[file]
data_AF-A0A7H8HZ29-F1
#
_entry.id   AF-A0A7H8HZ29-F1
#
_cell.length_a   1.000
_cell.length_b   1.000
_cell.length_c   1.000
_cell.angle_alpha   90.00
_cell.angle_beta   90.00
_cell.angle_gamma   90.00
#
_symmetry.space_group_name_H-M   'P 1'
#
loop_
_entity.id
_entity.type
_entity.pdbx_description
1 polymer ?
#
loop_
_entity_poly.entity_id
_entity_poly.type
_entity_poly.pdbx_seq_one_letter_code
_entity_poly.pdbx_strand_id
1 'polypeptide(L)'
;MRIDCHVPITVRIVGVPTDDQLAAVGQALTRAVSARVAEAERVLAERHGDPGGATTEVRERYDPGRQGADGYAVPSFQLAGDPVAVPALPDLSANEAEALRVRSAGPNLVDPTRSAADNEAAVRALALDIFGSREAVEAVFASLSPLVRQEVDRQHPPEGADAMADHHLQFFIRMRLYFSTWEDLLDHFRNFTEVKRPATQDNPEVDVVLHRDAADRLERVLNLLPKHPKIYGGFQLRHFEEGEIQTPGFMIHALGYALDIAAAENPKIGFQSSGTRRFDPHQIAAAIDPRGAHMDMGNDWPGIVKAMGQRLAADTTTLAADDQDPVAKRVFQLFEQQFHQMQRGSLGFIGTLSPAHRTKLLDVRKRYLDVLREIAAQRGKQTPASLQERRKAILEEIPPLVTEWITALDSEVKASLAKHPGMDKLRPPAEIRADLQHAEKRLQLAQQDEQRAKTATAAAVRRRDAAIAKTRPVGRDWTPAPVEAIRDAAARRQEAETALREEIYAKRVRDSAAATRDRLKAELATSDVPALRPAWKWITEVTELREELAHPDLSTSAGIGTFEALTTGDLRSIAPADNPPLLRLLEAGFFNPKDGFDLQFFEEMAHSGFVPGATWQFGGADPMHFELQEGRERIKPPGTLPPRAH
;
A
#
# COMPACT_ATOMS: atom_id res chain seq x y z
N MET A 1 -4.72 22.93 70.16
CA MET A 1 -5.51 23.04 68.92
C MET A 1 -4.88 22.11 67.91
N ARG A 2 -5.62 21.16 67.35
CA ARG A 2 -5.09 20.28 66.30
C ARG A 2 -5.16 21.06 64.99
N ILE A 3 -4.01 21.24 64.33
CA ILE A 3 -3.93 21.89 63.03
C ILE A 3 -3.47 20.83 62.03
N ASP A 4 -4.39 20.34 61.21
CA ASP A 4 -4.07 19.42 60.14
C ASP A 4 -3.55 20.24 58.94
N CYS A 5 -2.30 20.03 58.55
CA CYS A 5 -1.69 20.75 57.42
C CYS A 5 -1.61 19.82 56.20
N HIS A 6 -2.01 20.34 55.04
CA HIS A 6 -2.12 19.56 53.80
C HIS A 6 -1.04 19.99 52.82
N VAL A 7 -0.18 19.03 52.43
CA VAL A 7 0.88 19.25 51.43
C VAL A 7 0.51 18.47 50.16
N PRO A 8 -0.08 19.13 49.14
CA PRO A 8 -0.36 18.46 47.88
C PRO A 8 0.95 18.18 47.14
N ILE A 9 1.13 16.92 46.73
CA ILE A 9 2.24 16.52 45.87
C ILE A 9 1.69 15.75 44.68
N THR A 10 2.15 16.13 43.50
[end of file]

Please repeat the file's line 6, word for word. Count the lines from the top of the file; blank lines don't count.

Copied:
_cell.length_b   1.000